Housing prices in Germany are rising as demand for owner occupied dwellings increases for the rising levels of employed.
But only about 53% of Germans own their homes, compared with 70% in the U.K. and Canada and 65% in the U.S.
Since the end of WW II, the national consensus in Germany has been that housing provision is an essential public resource to be protected from speculation using regulation that promotes rental accommodation and fosters tenancy protection as well as municipal planning that releases land with incentives for developers to create rental housing when needed.
As the lower panel of the chart mashup above shows, a big incentive to provide rental housing is the yield on rentals being superior to Government 10 year bonds and stock dividends over time.
In the OECD, German households on average spend 21% of their gross adjusted disposable income on keeping a roof over their heads and 93% of people say they are satisfied with their current housing situation, more than the OECD average of 87%. This high level of subjective satisfaction reflects Germany’s good performance in objective housing indicators. SOURCE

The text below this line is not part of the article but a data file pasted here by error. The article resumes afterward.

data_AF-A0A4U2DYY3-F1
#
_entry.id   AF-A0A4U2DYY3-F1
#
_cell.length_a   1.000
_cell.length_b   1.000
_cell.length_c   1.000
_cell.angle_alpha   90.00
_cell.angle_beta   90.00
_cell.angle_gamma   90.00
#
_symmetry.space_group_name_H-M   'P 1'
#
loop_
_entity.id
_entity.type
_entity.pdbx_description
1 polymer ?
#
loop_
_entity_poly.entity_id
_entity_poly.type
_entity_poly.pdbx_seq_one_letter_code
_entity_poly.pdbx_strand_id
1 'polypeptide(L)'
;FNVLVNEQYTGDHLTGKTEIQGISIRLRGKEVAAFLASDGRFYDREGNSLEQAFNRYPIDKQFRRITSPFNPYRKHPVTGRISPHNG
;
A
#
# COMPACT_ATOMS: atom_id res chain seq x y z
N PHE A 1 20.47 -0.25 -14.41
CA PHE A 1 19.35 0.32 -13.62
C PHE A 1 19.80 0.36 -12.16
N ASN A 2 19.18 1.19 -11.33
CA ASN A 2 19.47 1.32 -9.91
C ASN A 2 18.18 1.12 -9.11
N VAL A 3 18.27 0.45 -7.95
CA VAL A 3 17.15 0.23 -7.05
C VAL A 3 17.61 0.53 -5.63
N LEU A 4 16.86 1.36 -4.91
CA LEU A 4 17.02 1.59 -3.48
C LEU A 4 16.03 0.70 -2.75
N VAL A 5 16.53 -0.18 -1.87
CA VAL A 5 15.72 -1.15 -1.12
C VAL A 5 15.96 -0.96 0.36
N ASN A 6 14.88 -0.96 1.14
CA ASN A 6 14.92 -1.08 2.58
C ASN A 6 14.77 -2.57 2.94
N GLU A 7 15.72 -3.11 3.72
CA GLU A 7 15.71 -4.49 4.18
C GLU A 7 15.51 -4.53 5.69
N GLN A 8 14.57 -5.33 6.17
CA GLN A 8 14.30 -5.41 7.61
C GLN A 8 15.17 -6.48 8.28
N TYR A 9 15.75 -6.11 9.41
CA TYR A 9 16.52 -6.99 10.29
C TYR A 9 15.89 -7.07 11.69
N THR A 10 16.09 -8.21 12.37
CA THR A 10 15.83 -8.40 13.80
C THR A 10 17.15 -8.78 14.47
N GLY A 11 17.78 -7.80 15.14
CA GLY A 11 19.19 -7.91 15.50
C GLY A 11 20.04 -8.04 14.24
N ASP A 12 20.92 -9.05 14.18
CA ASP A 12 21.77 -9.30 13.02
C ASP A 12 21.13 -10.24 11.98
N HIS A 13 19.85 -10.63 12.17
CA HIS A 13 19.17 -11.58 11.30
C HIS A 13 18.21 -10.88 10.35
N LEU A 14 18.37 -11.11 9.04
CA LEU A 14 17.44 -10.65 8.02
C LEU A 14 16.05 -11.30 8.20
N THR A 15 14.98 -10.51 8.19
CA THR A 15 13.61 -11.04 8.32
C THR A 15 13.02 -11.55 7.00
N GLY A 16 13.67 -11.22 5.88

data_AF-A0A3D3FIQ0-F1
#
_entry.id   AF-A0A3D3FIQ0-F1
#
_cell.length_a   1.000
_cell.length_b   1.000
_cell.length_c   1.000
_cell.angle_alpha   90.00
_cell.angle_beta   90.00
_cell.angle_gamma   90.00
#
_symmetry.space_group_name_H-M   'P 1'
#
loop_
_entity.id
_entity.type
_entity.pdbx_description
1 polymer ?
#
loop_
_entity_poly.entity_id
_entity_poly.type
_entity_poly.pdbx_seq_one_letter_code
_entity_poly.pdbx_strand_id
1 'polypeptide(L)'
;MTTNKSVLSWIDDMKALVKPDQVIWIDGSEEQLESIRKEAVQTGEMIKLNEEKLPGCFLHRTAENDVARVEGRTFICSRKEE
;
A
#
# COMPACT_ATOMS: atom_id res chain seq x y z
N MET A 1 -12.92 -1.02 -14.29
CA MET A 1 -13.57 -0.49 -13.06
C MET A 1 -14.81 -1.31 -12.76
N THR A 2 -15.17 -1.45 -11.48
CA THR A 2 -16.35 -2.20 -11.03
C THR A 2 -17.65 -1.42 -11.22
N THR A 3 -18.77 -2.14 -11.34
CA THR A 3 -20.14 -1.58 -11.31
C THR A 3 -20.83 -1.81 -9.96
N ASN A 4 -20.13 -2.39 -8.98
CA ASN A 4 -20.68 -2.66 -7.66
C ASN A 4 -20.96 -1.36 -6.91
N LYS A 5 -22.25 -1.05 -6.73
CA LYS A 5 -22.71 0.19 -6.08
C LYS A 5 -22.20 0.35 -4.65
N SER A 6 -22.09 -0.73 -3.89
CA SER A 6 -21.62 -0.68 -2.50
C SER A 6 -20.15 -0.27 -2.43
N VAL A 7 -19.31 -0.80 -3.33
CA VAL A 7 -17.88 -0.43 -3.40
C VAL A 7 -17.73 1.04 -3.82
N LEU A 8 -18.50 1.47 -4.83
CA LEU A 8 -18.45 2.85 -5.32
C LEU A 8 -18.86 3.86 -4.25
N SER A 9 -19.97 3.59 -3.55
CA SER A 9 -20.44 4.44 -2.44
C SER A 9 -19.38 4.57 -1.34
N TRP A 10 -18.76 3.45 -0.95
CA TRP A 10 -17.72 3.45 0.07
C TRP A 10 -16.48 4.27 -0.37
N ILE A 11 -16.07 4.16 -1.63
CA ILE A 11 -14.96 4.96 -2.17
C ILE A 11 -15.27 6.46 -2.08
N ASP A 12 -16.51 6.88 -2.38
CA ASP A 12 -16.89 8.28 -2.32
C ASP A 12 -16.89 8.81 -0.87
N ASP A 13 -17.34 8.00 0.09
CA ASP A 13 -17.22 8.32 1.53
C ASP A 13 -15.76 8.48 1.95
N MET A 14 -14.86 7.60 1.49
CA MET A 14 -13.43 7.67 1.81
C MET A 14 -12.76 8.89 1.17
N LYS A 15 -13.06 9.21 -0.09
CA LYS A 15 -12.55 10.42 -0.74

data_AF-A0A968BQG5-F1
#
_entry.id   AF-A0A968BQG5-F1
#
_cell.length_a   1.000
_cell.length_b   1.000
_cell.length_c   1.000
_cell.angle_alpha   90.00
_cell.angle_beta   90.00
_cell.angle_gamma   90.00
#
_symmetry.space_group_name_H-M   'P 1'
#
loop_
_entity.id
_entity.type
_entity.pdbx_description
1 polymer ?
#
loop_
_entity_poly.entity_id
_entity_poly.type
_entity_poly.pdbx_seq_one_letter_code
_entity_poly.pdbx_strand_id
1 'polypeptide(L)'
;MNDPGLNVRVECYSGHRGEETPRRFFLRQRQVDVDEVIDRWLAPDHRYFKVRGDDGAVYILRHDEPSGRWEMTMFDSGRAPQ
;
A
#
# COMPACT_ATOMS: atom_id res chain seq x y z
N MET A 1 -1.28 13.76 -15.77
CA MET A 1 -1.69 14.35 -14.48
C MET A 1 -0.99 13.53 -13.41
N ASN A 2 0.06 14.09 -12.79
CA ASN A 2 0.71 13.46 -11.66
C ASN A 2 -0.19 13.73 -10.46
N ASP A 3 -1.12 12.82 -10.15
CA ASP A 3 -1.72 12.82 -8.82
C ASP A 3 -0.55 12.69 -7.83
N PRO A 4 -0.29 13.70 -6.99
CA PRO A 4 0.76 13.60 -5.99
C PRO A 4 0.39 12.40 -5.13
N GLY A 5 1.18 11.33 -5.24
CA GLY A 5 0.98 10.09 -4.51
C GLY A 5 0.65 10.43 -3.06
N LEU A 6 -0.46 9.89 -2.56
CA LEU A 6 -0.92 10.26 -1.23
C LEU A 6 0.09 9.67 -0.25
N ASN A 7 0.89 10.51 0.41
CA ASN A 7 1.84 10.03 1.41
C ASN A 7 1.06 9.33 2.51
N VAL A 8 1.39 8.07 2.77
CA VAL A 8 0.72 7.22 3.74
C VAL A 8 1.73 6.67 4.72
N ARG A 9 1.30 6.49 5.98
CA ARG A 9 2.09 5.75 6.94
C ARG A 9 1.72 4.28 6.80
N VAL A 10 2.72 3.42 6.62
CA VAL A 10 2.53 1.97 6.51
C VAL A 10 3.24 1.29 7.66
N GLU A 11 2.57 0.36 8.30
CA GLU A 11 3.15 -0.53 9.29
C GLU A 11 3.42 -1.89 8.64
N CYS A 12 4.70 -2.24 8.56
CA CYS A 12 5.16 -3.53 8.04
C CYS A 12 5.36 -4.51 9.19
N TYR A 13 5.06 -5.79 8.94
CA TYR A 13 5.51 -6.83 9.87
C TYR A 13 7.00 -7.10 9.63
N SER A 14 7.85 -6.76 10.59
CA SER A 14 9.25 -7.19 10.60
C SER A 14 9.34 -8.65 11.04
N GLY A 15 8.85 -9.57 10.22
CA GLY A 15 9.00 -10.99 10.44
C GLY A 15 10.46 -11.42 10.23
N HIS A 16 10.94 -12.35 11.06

History, Charts & Curated Readings
"Progress, far from consisting in change, depends on retentiveness. When change is absolute there remains no being to improve and no direction is set for possible improvement; and when experience is not retained, as among savages, infancy is perpetual. Those who cannot remember the past are condemned to repeat it." George Santayana Vol. I, Reason in Common Sense
"History, real solemn history, I cannot be interested in.... I read it a little as a duty; but it tells me nothing that does not either vex or weary me. The quarrels of popes and kings, with wars and pestilences in every page; the men all so good for nothing, and hardly any women at all - it is very tiresome." Jane Austen spoken by Catherine Morland in 'Northanger Abbey'